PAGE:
Apr 04, 2012
DEP Issues Request for Proposals to Explore the Development of Supplemental Water Sources in Southeast Queens
Major Milestone Reached As Part of “Water for the Future” Program
Environmental Protection Commissioner Carter Strickland today announced that DEP issued a Request for Proposals (RFP) for consulting services to develop designs for cost-effective groundwater treatment facilities as part of DEP’s Water for the Future program. The Water for the Future program will require significant supplemental water supply alternatives during the shutdown and repair of the Delaware Aqueduct, which is expected to take place in 2019. The 85-mile Delaware Aqueduct, completed in 1944, conveys approximately half of the city’s drinking water—500 million gallons per day—from four upstate reservoirs to more than eight million people in New York City, and one million people in Ulster, Orange, Putnam and Westchester counties. A section of the aqueduct, named the Rondout-West Branch Tunnel, is known to be leaking from 15 to 35 million gallons per day near Roseton and Wawarsing. Consulting services will support the upgrade of existing DEP-owned groundwater facilities in Queens that will supplement the water supply during shutdown. Queens groundwater sources have the potential to provide up to 67 million gallons of drinking water each day. The RFP was issued to 34 firms on DEP’s pre-qualified list for construction, reconstruction and improvements to water supply services.
“As part of our Water for the Future program, this request for proposals is another step towards developing vital backup systems for our water network. With the option of cost-effective groundwater and other supplemental water supply sources, there will be sufficient clean and safe drinking water during and after the repair of the Delaware Aqueduct,” said Commissioner Strickland. “Improving the reliability and long-term sustainability of New York City’s water infrastructure is a priority for Mayor Bloomberg and the repair of the Delaware Aqueduct is a critical goal of PlaNYC that will ensure a more reliable drinking water supply for New Yorkers for future generations.”
Engineering design services, bid assistance, and design during construction, including start-up evaluations are among the consulting services that are being sought through the RFP. Historically, the Queens groundwater system consisted of 68 supply wells at 44 well stations. Since 1996, 36 of the 68 wells have not supplied water to the distribution system, and no groundwater supply well has been part of the distribution system since 2007. Many of the wells are not currently active because of electrical, mechanical, or other issues. By developing designs for upgrades to supply wells and the infrastructure, DEP will have an additional option for potential supply capacity as high as 67 million gallons per day to provide water to the distribution system if needed during repair of the Delaware Aqueduct.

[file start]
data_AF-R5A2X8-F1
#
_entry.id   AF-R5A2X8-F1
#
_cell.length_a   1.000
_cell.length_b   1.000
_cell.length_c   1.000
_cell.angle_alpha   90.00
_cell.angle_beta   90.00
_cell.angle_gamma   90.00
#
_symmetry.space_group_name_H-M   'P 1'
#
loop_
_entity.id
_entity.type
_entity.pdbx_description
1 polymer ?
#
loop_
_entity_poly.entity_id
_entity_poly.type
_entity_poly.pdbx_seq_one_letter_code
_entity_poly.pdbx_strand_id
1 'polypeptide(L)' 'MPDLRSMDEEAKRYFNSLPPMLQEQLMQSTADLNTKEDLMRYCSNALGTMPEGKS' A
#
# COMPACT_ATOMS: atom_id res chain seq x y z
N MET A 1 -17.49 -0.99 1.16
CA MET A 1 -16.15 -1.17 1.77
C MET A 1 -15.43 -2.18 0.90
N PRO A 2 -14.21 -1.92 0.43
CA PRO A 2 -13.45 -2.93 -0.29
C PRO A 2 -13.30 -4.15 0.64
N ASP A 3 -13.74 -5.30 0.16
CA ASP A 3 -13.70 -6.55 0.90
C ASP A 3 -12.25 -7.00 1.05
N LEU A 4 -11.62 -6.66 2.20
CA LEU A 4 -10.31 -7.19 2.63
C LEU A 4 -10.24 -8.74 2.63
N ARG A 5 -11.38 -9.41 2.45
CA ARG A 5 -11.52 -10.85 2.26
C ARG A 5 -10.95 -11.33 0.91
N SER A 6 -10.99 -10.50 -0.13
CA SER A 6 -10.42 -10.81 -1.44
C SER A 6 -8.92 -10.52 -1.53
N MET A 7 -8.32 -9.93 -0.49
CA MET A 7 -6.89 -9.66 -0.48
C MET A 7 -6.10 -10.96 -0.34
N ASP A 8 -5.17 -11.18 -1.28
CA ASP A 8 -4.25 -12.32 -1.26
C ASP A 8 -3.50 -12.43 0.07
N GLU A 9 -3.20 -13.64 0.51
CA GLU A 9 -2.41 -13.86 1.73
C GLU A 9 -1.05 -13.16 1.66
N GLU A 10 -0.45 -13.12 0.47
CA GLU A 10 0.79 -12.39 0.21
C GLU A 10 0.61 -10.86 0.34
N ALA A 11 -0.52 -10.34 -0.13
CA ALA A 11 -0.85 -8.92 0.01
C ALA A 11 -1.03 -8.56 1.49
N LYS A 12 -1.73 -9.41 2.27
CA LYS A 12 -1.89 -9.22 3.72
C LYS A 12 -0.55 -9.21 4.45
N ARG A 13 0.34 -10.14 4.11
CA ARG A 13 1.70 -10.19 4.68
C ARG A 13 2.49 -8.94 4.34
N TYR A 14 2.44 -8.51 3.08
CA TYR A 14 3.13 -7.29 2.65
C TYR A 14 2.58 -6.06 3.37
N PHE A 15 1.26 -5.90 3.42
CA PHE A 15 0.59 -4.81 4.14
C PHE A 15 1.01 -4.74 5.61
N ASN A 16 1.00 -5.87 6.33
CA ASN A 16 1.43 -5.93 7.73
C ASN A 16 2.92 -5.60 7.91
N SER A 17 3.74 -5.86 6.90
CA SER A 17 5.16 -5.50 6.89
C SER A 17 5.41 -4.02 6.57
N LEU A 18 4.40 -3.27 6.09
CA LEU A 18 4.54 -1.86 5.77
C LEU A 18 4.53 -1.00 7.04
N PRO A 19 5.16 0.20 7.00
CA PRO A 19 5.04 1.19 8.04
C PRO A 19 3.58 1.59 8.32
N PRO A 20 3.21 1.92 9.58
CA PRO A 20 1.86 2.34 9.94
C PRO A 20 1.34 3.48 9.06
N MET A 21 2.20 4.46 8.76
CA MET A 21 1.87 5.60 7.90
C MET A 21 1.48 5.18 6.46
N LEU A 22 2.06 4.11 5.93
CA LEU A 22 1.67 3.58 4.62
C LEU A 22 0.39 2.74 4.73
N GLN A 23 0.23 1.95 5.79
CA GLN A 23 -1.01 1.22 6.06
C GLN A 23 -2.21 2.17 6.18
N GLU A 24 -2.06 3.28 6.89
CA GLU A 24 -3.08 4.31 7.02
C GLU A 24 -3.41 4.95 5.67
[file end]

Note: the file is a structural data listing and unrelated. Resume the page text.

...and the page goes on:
Last November, a design and timeline was delineated to address leaks in the Delaware Aqueduct by building a two-and-a-half mile bypass tunnel around a portion that is leaking. The $2.1 billion Water for the Future program will ensure clean, reliable, and safe drinking water for nine million New Yorkers for decades to come by repairing leaks in the Delaware Aqueduct and supplementing the city’s water supply during construction work on the tunnel. The bypass tunnel and internal repairs will cost approximately $1.2 billion, and water projects to supplement the City’s supply during part of the construction period will cost approximately $900 million. Preparation for the repair work is currently underway, including: installation of pumping system and site improvements to support construction; purchasing equipment for the repair; planning and design of the bypass tunnel; geotechnical investigations; discussions with local stakeholders; investigating augmentation projects; and assessments of environmental impacts of the project. So far, since 2002, Mayor Bloomberg has invested approximately $493 million in preparation work for the eventual repair of the Delaware Aqueduct.
The initiative to develop cost-effective groundwater and other supplemental water supply alternatives is part of the Operations section outlined in Strategy 2011-2014, a far-reaching strategic plan that lays out 100 distinct initiatives to make DEP the safest, most efficient, cost-effective, and transparent water utility in the nation. The new plan, the product of nearly one year of analysis and outreach, builds on PlaNYC, Mayor Bloomberg’s sustainability blueprint for New York City. The plan is available on DEP’s website at www.nyc.gov/dep.
DEP manages the city’s water supply, providing more than one billion gallons of water each day to more than nine million residents, including eight million in New York City, and residents of Ulster, Orange, Putnam and Westchester counties. New York City’s water is delivered from the Catskill, Delaware, and Croton watersheds that extend more than 125 miles from the City, and comprises 19 reservoirs, and three controlled lakes. The DEP police protect the watershed and its facilities, including seven wastewater treatment plants. For more information, visit www.nyc.gov/dep or follow us on Facebook at www.facebook.com/nycwater.